Last night, in the wake of the North Carolina vote and President Obama’s statement, Piers Morgan interviewed several people regarding the Gay Marriage issue.
I didn’t see the whole show, but I caught part of his discussion with Bill Donohue, an opponent of Gay Marriage and president of the Catholic League.
Two things he said struck me.
(1) He mentioned the court case of Patricia and Alan Muth, a brother and sister who claimed to be married and had children together. (The case was actually a very complicated case based on parental rights, child neglect, etc. A lower court convicted them based on a precedent from a case that involved sodomy, an appeals court overturned this, and the Supreme Court declined to hear the case)
Donohue asked Chad Griffin, a supporter of Gay Marriage, if he had a problem allowing marriage between a brother and a sister. If so, Donohue suggested, then Griffin also was guilty of discrimination. If Griffin said that he did not have a problem with this, the obvious implication would be that once we open the door to re-defining marriage there can be no end to where it all will lead. (The frequent conservative fear that any change will lead to the end of freedom, the end of morality, and the end of civilization).
Griffin simply avoided the issue, which I thought unfortunate. But perhaps he hadn’t thought this through before, or perhaps he had misgivings, I don’t know. Personally, my opinion is that incest can have clear detrimental effects on society from the genetic realities of in-breeding, and this makes it a far less obvious analogy than Mr. Donohue would suggest. What “damage to civilization” is caused by a loving gay couple making a marriage commitment?
(2) Donohue then made his main point, talking about his degree in sociology, and all the studies that demonstrate that a child raised by a mother and a father is the “gold standard” (as he put it) for raising children. Therefore, we mustn’t let gay people get married.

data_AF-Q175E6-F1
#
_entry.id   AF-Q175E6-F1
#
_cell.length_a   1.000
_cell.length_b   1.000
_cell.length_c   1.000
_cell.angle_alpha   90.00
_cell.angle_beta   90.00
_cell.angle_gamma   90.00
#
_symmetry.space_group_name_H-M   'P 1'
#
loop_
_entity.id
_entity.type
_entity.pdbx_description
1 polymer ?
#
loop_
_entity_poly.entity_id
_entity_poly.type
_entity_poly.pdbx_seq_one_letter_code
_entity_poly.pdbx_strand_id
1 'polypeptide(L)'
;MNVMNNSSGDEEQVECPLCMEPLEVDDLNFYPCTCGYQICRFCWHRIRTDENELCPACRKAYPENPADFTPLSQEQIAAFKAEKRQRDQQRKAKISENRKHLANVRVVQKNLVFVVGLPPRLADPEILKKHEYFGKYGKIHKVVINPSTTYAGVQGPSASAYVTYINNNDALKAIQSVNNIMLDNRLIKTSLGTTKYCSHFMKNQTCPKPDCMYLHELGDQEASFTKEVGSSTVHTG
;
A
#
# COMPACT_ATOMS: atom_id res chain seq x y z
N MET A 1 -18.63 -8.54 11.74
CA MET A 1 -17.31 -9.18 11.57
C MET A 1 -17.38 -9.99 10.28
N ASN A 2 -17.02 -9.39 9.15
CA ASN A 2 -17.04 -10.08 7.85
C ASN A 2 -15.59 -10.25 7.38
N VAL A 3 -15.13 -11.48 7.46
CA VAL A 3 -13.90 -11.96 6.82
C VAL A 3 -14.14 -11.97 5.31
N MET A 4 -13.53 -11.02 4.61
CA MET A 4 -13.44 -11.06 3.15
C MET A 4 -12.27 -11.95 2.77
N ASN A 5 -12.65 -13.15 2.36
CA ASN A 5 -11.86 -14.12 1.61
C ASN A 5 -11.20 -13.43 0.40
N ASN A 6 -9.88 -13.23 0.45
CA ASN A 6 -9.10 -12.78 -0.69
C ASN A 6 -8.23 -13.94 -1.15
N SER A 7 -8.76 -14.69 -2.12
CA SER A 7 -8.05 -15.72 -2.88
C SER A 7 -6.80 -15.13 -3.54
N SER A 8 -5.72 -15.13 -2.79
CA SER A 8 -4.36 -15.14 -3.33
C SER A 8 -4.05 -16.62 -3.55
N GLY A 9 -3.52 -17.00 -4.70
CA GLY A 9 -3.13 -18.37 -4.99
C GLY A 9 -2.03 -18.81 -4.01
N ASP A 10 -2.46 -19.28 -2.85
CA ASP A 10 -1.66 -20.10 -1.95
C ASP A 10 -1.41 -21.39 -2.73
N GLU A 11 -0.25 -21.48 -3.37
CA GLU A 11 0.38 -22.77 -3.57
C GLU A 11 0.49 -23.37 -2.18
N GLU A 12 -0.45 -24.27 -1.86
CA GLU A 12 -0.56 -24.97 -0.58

This argument, in my opinion, is utterly fatuous.
Studies have shown that children raised in families with the loving presence of both a mother and a father are more likely to be happy, well-adjusted, and to flourish, compared to children of broken homes following a divorce, or homes where a parent has died or simply left. I agree with this assessment, though I also know that many single parents do an excellent job and many children of divorce manage to overcome the difficulties and turn out just fine. Frankly, I don’t even know why a “study” would be necessary to recognize this obvious fact.
But to my knowledge there has never been a study which demonstrated that a child raised in an orphanage, in foster homes, as a ward of the state, is somehow better off than a child adopted by two adults who love each other and love the child. Donohue suggests that Gay parents are a huge problem, but he cites a very different kind of study, and that is disingenuous at best. Not every Gay couple adopts children, but those that do, in my opinion, are offering a magnificent service to society and civilization. If Mr. Donohue is genuinely concerned with the welfare of children, and not merely with promoting his narrow-mindedness, he should be able to show me the “study” that proves his point.
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